From experience I have found that certain wire sizes work for most situations. Take for example 10 awg wire. I normally use this for 30 Amp mains. With 105 deg C wire the rating for a single wire outside an engine room is 60 Amps, but in an engine room it is reduced to 51 Amps, and if four to six conductors are in the bundle it is reduced to 30.6 Amps in an engine room.
I usually use 12 awg wire for 15 Amp circuits. This wire by itself outside an engine room is good for 45 Amps, in an engine room it gets reduced to 38.3 Amps, but if four to six conductors are in a bundle then the rating is reduced to 26.8 Amps in an engine room. As the bundle gets bigger the rating gets reduced even more, with 7 or more conductors the rating in an engine room is 19 Amps. So when I use 12 awg wire for 15 Amp circuits I am being cautious but it also means that I don't have to keep watching how many wires are in the bundle and I can wire the boat without constantly worrying.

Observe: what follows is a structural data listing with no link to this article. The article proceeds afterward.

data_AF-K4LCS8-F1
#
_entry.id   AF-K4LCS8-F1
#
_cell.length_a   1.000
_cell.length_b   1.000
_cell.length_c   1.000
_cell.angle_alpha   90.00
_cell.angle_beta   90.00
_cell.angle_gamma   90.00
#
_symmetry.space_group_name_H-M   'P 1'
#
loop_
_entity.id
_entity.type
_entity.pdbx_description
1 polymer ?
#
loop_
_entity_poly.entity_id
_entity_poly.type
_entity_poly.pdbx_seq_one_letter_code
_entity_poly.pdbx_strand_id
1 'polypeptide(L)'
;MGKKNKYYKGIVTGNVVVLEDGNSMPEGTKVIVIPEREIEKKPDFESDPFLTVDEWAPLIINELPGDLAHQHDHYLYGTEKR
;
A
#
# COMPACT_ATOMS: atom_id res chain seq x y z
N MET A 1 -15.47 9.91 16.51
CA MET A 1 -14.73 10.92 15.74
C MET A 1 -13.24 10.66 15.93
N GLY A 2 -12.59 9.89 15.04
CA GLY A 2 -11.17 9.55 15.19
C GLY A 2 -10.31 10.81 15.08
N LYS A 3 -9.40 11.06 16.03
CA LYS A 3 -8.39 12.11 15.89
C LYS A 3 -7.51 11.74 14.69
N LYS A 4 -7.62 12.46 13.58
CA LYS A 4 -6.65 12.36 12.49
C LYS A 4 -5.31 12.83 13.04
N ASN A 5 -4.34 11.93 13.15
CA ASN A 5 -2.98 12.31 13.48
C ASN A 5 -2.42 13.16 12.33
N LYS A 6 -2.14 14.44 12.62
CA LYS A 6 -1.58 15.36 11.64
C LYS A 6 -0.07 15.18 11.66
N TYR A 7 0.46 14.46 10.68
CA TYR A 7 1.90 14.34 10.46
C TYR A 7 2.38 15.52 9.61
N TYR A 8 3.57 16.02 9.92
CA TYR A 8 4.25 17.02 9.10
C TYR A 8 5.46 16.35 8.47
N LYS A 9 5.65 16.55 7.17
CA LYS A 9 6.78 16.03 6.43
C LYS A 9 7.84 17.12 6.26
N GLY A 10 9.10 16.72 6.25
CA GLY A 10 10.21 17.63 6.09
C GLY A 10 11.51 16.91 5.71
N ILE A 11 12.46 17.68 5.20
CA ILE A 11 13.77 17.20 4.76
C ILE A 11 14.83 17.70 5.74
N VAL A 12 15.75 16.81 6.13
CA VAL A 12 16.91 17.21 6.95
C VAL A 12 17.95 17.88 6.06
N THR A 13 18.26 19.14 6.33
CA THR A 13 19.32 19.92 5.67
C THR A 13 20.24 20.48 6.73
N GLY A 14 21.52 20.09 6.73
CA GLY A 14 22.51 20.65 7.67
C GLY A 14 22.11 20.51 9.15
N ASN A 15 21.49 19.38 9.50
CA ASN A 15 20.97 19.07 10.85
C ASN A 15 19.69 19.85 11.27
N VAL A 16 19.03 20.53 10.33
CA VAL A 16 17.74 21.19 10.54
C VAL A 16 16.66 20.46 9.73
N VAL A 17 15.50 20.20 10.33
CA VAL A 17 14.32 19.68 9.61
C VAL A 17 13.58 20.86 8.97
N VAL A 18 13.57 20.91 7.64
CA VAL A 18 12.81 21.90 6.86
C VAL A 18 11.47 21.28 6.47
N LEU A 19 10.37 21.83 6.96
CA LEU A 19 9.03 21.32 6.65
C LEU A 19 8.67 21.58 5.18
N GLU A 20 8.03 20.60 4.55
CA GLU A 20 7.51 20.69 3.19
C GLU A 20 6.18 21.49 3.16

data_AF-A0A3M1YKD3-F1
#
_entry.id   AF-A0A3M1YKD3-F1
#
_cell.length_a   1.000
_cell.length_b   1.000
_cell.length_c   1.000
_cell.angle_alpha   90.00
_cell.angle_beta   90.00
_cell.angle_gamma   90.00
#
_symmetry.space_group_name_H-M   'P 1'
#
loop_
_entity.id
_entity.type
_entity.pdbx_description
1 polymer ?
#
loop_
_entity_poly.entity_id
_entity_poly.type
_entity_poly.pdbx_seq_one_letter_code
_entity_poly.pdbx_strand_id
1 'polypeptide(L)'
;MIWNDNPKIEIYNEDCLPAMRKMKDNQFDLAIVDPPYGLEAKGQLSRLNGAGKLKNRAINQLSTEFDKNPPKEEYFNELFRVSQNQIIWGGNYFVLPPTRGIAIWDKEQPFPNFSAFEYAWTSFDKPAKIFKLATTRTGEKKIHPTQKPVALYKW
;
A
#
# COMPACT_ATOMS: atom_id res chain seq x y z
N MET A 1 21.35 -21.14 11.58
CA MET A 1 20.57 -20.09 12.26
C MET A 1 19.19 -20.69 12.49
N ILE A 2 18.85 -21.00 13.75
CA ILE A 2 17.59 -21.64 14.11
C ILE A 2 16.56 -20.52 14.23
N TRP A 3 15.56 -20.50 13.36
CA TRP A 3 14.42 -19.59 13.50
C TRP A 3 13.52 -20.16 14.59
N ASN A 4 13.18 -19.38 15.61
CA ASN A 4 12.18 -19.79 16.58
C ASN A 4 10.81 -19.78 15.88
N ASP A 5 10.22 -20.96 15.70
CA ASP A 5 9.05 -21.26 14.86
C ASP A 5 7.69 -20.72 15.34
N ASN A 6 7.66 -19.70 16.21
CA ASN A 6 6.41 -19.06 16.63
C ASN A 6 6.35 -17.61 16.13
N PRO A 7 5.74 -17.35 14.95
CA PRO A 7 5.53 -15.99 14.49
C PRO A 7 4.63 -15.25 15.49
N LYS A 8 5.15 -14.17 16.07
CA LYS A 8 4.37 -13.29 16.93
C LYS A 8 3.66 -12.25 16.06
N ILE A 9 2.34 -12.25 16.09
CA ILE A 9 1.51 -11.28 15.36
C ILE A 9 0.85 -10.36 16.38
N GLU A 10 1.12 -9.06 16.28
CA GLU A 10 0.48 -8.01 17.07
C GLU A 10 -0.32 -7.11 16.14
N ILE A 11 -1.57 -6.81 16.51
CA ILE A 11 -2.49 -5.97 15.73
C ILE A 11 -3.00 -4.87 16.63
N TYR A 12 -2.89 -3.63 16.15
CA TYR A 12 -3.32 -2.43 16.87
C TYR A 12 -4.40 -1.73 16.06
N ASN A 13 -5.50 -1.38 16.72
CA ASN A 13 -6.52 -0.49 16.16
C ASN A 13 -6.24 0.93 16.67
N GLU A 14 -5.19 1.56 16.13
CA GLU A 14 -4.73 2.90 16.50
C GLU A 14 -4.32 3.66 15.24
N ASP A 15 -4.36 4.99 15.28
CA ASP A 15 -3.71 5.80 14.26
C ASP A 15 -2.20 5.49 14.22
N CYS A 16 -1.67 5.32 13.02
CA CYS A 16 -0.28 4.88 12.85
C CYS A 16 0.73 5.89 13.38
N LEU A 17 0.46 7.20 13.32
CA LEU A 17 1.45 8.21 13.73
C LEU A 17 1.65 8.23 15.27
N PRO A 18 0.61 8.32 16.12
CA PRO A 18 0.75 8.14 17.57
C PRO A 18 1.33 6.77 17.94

In many cases I could get away with 14 awg wire for 15 amp circuits but it does fall just below the 15 amp rating with 7 or more conductors in a bundle in an engine room.
When considering how many wires are in a bundle we are counting current carrying conductors, the ground wire doesn't count. Don't forget though that as you get near the circuit breaker panel all the wires come together in one big bundle, so even on a small boat you can end up with quite a few.